Reflect on the greater disease of humanity, the hunger for Love and hunger for God. Reflect on what we can do to show a little LOVE to those who need it so that we can ensure the greater disease is not forgotten in the pandemic. Reflect on how to protect your family, friends and self from the spiritual disease, in addition to the medical disease.
My blog post of last month addressed the notion of purpose of violence in the aftermath of the Easter Sunday bomb attacks in Sri Lanka. We saw the involvement of religion and politics in the aftermath of the incident, over the past month. The intention of this blog post is to help us to understand how religion and politics positively and negatively impacted the lives of people.
Since I am not an intelligence, theological or political science expert to make judgements about what happened, and who was responsible for what happened, I request you not to take the assumptions I make in this post as truth. I am far away from the inner circles to know the truth and I am basing this blog post on what I have heard from trusted personalities such as the Cardinal of Sri Lanka, the Commander of the Army, and a retired intelligence experts known to me personally.
It was Easter Sunday (21 April 2019). I was in my flat in Dhaka, attending to some important business matters when I got a message that a bomb had gone off at St Anthony’s Church in Kochchikade, Colombo. Having not heard of bombings and terrorist violence for the past ten years, since the end of the civil war in Sri Lanka, I hoped it was a hand grenade thrown by a business rival involved in unscrupulous business, with no injuries; these were the rare occurrences we heard of over the past ten years. Then the news started pouring in with photos and videos of simultaneous bomb attacks in two other churches and luxury hotels as well. My immediate concern was for my family who would have been at an Easter Mass at the same time. After calling and ensuring they were safe, my thoughts went out to the victims. I started hearing news of people known to me or families of people known to me having lost their lives or being injured, among the 253 souls that departed and 500 plus injured. I had visited St Anthony’s Church many times and I could picture the carnage as if I was there. It is considered a miraculous church and people from all religions visit to reflect on their challenges and ask help from St Anthony to resolve them.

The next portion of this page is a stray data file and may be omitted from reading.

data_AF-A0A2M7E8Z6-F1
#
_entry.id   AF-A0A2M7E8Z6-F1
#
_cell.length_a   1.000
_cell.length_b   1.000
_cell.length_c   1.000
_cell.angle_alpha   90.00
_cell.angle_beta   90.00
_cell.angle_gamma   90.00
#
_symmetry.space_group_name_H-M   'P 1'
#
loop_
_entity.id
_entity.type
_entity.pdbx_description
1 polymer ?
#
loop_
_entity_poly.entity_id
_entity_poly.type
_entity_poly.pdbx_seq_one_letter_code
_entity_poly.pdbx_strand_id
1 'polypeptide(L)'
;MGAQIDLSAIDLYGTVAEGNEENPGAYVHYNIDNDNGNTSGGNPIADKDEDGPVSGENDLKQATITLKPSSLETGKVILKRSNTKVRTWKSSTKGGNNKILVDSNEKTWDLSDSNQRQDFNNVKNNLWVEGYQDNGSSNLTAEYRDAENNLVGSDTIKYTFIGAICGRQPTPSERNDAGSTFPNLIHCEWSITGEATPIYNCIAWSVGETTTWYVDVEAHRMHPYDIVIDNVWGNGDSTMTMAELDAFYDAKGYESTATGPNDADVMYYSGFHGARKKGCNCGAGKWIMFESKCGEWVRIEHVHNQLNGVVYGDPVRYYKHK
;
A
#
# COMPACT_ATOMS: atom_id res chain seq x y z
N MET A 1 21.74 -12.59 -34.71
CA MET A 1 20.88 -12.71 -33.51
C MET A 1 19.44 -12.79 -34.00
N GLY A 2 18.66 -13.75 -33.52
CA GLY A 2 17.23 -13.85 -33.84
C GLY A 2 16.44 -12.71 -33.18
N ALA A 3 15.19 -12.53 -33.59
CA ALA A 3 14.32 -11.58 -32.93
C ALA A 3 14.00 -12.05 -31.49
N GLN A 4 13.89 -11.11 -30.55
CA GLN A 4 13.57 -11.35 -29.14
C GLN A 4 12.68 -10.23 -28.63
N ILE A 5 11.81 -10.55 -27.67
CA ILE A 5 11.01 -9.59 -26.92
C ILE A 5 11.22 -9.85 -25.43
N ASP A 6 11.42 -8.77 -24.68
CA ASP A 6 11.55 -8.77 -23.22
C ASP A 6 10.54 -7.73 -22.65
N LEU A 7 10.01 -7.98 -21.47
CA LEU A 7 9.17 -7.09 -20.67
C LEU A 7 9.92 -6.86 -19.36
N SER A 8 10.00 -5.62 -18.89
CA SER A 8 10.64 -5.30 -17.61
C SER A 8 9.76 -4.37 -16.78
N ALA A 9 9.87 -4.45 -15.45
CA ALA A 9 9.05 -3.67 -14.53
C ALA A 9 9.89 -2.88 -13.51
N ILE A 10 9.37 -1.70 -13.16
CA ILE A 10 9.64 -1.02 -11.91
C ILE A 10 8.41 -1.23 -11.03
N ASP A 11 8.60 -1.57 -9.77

I took over the leadership of Apollo Hospital in Dhaka a few months ago to continue to stretch my self, to learn a new industry domain [health care] and to learn to lead a team of over 1700 consisting of some of the best medical consultants, specialist, doctors, nurses, patient care assistants, health care managers and other non-medical staff from this part of the world.
It is also a complex and highly responsible job and requires maintaining world-class operations in line with the JCI [joint commission international] standards the foremost health care accreditation in the world. It is only my hospital in Bangladesh and a hand full of hospitals in India, Singapore, Thailand and Malaysia can boast of this standard that is tough to get and maintain.
In addition to the above objective the spin off benefit I have got is the ‘wake up call’ regarding life in general. The knowledge I gather everyday being in this operation is amazing and that has made me more pay more attention to myself as well. It is in this backdrop that I received an email from one of my friends on getting the best out of life by Lee Kuan Yew.
One of the profound lines in a speech given by him was; “The human being needs a challenge, and my advice to every person in Singapore and elsewhere: Keep yourself interested, have a challenge.This made me read the rest of the article, leaving a side a list of other things I had planned to do and I felt really good that I found the time to read it. I am happy to share the entire article in its totality below. Please do take the time to read it. I do not know the source of this article, but I give credit to whoever wrote it and seek permission to re-produce it for the greater good of humanity.
If you’re not interested in the world and the world is not interested in you, the biggest punishment a man can receive is total isolation in a dungeon, black and complete withdrawal of all stimuli, that’s real torture.”